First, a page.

So, and the linked data standards you can find out of course at W3.org, and don’t forget the demo. So, I’m going to talk a little bit in a way as a little detour about, about privacy, because otherwise I think we’re going to have a question on cessation by the way, so any of these things which I skip over you’re welcome to ask questions about later. But, and privacy because a lot of people, when the moment you say, “Hey, you should put Government data on the web,” they say, “I can’t do that because of privacy.” And in fact that is true of course in any small number of cases. Actually, you know, when you look actually at the databases in Government there are huge parts of Government, like the Department of Transport and public buildings and works that deal with things like the potholes, the drains, when the buses run, when the trains run, things that, you know really valuable information. It is really much more valuable to live in a country where there is open data about there, about when the trains run and when the buses run, than to live in something where that data is locked up behind a proprietary firewall. I don’t know what the situation is in Sydney, I haven’t checked, but you can often check just by looking at Google Maps, and in some cases where Google has got that data they will offer you a public transport route from A to B, as well as a car route from A to B, and it works in some cities, and it doesn’t work in other cities, so if it doesn’t work in your city you need to go and find out who has locked up the schedule data, and you can go to the Google site and it’ll tell you... you know, they’ve got a standard for putting... putting it all out there. So, you know in a way there’s a huge amount of data where privacy doesn’t apply. There’s some data where clearly it does, there’s salary data, in general it’s typically not public. If you are saying how much it costs to run each school, it’s very valuable to put that information out. If you have a school which has only got one teacher, then you have to be careful.
So, and in fact the art of understanding, I think that’s one of the good projects that you guys are going to be up to, but the art of finding out how you can release aggregated data without accidentally giving away somebody’s health care data is a really important thing to do more research in. But in general, so when it comes to pushing people to put Government data on the web, I have said do the low hanging fruit first, OK, you’ve got some data which is got a lot of privacy implications, don’t do that, do the other stuff first. There’s so much more of the other stuff. When it comes to actual sort of privacy of data on the web, a lot of people are worried, a lot of people, you know if you talk about privacy, the talk naturally goes to one particular scenario, and that is that you’ve, you ended up typing a lot of information about yourself into a social networking site, and now you’re wondering, and the social networking site is making a lot of money by selling profiles of you to advertisers, and after you spent a little time investigating one particular thing, all the ads you get for the next week are all about that particular thing, even though in fact you don’t want to buy one at all, but because they’re getting better and better at trying to figure out what it is that you really want to buy, and you know and there’s these questions about whether that’s an overall benefit and should you be able to control it.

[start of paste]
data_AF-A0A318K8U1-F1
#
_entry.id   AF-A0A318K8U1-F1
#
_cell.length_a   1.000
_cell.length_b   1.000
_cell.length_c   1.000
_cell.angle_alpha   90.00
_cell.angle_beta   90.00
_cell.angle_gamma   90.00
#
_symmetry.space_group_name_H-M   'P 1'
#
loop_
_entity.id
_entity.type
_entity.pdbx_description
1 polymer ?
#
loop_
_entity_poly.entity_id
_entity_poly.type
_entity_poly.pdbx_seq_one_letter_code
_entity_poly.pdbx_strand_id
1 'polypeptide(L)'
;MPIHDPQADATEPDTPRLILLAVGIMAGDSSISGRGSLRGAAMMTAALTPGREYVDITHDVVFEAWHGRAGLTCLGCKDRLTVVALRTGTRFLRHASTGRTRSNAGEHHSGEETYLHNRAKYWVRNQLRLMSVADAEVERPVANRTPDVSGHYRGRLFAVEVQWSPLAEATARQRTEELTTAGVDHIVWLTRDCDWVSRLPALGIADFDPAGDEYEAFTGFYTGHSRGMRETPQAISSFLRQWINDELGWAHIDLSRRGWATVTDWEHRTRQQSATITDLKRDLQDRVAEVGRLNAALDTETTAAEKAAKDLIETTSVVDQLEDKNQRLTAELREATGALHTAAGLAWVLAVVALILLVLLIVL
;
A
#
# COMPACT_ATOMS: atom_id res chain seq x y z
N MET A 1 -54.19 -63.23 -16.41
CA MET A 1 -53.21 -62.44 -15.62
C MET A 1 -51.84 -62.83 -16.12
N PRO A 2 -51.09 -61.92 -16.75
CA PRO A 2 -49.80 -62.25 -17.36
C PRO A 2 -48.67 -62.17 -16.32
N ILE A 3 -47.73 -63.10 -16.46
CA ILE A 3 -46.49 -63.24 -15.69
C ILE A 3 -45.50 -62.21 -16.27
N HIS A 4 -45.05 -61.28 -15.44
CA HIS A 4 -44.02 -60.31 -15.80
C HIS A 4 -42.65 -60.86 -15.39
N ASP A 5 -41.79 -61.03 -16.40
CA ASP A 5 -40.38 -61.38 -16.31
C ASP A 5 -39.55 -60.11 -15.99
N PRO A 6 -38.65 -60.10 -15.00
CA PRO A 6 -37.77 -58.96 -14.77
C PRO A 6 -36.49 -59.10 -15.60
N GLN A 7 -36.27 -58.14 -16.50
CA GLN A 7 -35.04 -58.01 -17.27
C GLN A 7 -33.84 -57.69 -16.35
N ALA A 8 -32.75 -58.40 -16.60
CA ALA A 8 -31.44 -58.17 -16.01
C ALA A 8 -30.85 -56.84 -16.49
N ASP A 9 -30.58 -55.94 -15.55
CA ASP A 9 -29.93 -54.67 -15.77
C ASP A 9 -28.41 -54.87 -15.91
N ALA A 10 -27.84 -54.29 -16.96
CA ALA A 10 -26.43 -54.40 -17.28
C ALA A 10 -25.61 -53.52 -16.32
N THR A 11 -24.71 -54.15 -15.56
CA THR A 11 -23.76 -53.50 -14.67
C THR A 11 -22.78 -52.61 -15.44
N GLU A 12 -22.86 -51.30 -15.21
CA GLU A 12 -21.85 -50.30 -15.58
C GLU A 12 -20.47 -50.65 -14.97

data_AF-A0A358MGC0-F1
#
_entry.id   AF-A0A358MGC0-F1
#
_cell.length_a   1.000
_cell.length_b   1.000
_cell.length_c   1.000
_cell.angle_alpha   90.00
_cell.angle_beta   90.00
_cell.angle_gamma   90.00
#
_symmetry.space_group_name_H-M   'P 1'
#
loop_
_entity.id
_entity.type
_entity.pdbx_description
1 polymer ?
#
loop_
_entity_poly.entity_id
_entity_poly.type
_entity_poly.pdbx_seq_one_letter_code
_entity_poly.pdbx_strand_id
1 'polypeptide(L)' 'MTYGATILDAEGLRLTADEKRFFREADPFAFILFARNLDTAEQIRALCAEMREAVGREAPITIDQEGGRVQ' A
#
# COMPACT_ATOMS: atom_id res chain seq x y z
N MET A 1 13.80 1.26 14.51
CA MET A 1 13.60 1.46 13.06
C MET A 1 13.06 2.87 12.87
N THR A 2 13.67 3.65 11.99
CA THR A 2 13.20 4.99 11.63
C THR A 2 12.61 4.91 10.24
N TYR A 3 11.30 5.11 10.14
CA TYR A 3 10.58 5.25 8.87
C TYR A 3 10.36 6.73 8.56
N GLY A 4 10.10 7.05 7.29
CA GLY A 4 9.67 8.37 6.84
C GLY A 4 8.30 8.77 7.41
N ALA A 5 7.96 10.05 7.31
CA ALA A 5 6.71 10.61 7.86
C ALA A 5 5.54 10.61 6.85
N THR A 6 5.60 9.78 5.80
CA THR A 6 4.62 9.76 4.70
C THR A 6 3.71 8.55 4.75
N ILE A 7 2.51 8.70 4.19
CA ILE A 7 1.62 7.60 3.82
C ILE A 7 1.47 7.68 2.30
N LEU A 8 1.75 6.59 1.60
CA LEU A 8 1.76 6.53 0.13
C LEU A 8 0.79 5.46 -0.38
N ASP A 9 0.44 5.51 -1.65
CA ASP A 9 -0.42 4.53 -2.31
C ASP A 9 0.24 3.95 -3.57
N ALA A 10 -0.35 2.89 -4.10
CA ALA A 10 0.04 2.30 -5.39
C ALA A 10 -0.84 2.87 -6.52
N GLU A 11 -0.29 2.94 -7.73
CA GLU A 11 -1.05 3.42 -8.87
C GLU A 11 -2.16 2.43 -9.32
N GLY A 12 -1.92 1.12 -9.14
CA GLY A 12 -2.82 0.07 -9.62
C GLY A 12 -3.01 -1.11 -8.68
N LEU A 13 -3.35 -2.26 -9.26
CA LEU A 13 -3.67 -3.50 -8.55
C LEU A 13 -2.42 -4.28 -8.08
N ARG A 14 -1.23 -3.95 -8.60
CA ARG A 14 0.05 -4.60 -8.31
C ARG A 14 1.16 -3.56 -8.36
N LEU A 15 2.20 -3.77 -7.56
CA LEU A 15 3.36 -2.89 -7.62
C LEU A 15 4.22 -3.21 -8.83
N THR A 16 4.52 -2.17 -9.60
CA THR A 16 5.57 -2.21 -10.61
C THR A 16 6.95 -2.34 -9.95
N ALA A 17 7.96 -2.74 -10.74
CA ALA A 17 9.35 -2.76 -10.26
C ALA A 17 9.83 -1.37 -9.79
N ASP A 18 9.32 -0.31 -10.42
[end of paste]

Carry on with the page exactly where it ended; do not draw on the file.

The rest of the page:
In W3C we have the do not track header, which is a possible switch that browsers could have, so you can change between two modes about I’m relatively happy to be tracked, and I’m relatively unhappy about being tracked, and that is a really difficult discussion which going on. Do join in – join the W3C working group and help them come to a good conclusion about that. So it’s a very interesting area. It does presuppose some things which I’d be inclined to question. One is that you actually have to store all the data in life in these websites, in these Web 2.0 websites. One of the things we could do is we could build live, so actually I have my personal data stores, and there’s some interesting personal data store projects out there. Another is that, another myth is that the value of my personal data is that to a large company that wants to track me. I think in fact if you think about my personal data, if you could include not just the stuff, some websites, but the stuff on my computer, and all the stuff which could be on my computer, and the stuff which will be on my computer, and the stuff which will be in my phone if I leave on the GPS tracking, and if I leave on the accelerometer so that as I’m walking about my phone knows whether I’m running or jogging, or sitting still, that’s an awful lot of health data. If I actually, if my battery would last well enough for me to just track that 24/7, then that’s a huge amount of valuable data. And actually who’s it most valuable to? No, you know not the drug company, it’s actually me. You know, nobody else is more interested in my health than me. Nobody else also has got the possibility of taking that health, you know fitness data and merging it with things like which drugs I’ve been taking, and, and my DNA information in the future.